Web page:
New York City’s new commuters know what it’s like to walk and bike and wait for the bus in the rain. They relate to the importance of good subway service and street designs that keep everyone safe. This kind of understanding—it’s still too soon to call it empathy—may slowly diversify the monoculture that has ruled our streets for decades. A driver who knows what it feels like to cycle in the city will likely pass a biker differently and behave more responsibly. Cab passengers who know what it’s like to walk through midtown during rush hour might speak up when their driver makes a dangerous decision. With everyone riding the subway or a bus at some point, the constituency of straphangers could soon be a real political force with real political muscle. The emergence of a balanced transportation landscape means that every New Yorker, no matter how they move around the city, will get a little more consideration from their neighbors and their elected officials. This will lead to safer streets, better biking, smarter driving and more sustainable transit. It’ll help make T.A.’s vision for New York City the reality. And, it’s already happening.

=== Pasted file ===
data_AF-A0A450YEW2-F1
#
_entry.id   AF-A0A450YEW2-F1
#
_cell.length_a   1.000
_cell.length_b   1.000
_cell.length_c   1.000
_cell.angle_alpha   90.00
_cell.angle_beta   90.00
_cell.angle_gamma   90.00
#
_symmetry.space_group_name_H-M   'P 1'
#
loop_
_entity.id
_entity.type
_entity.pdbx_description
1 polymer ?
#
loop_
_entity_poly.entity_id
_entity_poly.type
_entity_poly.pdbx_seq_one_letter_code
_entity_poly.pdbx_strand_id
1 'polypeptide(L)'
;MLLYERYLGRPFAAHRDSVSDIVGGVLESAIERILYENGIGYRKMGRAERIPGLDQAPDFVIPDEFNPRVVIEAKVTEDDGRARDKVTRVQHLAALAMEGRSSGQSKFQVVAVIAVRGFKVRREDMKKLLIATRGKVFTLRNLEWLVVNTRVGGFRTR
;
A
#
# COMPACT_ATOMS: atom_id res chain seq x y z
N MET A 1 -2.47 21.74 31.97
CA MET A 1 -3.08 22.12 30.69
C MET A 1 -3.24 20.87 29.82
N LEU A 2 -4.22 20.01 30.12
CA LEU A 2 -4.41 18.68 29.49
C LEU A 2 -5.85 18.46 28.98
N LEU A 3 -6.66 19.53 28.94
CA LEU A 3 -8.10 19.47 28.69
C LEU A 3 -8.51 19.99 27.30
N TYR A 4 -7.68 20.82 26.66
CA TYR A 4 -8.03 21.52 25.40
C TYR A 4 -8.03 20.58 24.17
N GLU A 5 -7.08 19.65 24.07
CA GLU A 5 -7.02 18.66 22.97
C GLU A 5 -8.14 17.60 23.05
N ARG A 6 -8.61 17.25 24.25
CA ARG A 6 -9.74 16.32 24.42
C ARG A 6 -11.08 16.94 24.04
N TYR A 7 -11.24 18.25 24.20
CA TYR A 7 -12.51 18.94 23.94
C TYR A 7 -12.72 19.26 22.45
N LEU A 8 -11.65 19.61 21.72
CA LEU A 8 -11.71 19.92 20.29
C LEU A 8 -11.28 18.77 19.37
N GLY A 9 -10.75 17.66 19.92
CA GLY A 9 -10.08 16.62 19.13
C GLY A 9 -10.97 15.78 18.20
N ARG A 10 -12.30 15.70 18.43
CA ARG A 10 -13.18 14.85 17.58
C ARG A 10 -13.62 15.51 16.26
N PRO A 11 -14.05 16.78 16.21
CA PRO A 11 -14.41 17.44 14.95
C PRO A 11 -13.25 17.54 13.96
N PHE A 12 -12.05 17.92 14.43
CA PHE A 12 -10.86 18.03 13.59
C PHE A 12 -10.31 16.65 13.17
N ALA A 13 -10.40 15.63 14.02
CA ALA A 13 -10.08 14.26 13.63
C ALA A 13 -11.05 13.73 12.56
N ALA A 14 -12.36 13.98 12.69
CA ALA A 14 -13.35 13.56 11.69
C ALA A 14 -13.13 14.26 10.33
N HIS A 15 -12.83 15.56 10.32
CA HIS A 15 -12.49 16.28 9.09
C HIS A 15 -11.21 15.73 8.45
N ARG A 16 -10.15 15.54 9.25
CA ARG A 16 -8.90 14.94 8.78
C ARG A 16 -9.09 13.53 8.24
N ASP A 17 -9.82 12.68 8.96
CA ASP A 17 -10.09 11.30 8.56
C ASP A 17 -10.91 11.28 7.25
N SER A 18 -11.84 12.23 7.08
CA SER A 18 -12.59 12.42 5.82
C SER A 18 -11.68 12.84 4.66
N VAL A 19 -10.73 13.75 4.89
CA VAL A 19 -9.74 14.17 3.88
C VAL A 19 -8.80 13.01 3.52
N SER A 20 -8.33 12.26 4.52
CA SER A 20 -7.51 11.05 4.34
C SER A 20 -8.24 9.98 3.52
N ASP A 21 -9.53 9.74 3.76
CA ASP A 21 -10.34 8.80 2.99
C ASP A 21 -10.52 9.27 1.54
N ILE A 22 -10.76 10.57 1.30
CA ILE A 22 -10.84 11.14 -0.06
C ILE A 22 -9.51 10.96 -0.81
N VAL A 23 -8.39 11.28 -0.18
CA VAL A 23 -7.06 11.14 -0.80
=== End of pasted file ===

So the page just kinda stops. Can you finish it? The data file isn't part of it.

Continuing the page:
The one-size-fits-all of yesteryear breeds an us-versus-us-versus-them attitude that isolates New Yorkers and seizes on hardships: it puts traffic and danger and differences at the forefront of any debate, managing to ignore the ultimate goal of everyone who wants to move around New York City: getting it done, so they can do whatever else they need to. That’s what the new kind of commuter knows well. It’s what keeps Lydia biking and riding and walking and floating and hailing and working and loving all the choices she has at her fingertips.
What’s it doing for you?